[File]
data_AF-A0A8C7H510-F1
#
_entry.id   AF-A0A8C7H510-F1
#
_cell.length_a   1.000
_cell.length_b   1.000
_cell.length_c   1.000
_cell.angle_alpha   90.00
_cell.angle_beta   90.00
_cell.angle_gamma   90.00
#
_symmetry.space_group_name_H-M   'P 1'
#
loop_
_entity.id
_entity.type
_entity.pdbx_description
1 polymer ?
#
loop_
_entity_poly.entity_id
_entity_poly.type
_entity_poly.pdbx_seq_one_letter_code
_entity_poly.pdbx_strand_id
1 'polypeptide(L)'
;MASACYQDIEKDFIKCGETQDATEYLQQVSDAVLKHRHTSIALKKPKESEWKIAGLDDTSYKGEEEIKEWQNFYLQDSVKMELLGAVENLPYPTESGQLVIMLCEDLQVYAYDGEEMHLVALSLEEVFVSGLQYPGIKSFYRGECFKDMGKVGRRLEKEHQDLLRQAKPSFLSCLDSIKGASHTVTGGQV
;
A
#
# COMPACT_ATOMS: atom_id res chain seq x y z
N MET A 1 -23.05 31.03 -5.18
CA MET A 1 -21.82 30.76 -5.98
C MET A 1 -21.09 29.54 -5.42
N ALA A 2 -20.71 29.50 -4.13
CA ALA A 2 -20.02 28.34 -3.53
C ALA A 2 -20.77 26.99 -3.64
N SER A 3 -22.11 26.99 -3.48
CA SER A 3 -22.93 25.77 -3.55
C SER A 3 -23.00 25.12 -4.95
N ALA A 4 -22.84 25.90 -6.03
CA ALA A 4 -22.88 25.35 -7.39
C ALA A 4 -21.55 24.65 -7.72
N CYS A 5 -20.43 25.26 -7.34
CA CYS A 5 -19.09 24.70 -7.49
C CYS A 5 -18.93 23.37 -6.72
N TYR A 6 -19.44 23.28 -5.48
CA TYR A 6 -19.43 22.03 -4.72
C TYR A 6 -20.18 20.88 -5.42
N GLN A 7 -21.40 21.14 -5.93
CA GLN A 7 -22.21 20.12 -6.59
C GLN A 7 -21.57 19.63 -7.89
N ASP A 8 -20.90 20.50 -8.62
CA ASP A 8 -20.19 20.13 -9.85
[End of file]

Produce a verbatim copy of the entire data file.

data_AF-A0A8C7H510-F1
#
_entry.id   AF-A0A8C7H510-F1
#
_cell.length_a   1.000
_cell.length_b   1.000
_cell.length_c   1.000
_cell.angle_alpha   90.00
_cell.angle_beta   90.00
_cell.angle_gamma   90.00
#
_symmetry.space_group_name_H-M   'P 1'
#
loop_
_entity.id
_entity.type
_entity.pdbx_description
1 polymer ?
#
loop_
_entity_poly.entity_id
_entity_poly.type
_entity_poly.pdbx_seq_one_letter_code
_entity_poly.pdbx_strand_id
1 'polypeptide(L)'
;MASACYQDIEKDFIKCGETQDATEYLQQVSDAVLKHRHTSIALKKPKESEWKIAGLDDTSYKGEEEIKEWQNFYLQDSVKMELLGAVENLPYPTESGQLVIMLCEDLQVYAYDGEEMHLVALSLEEVFVSGLQYPGIKSFYRGECFKDMGKVGRRLEKEHQDLLRQAKPSFLSCLDSIKGASHTVTGGQV
;
A
#
# COMPACT_ATOMS: atom_id res chain seq x y z
N MET A 1 -23.05 31.03 -5.18
CA MET A 1 -21.82 30.76 -5.98
C MET A 1 -21.09 29.54 -5.42
N ALA A 2 -20.71 29.50 -4.13
CA ALA A 2 -20.02 28.34 -3.53
C ALA A 2 -20.77 26.99 -3.64
N SER A 3 -22.11 26.99 -3.48
CA SER A 3 -22.93 25.77 -3.55
C SER A 3 -23.00 25.12 -4.95
N ALA A 4 -22.84 25.90 -6.03
CA ALA A 4 -22.88 25.35 -7.39
C ALA A 4 -21.55 24.65 -7.72
N CYS A 5 -20.43 25.26 -7.34
CA CYS A 5 -19.09 24.70 -7.49
C CYS A 5 -18.93 23.37 -6.72
N TYR A 6 -19.44 23.28 -5.48
CA TYR A 6 -19.43 22.03 -4.72
C TYR A 6 -20.18 20.88 -5.42
N GLN A 7 -21.40 21.14 -5.93
CA GLN A 7 -22.21 20.12 -6.59
C GLN A 7 -21.57 19.63 -7.89
N ASP A 8 -20.90 20.50 -8.62
CA ASP A 8 -20.19 20.13 -9.85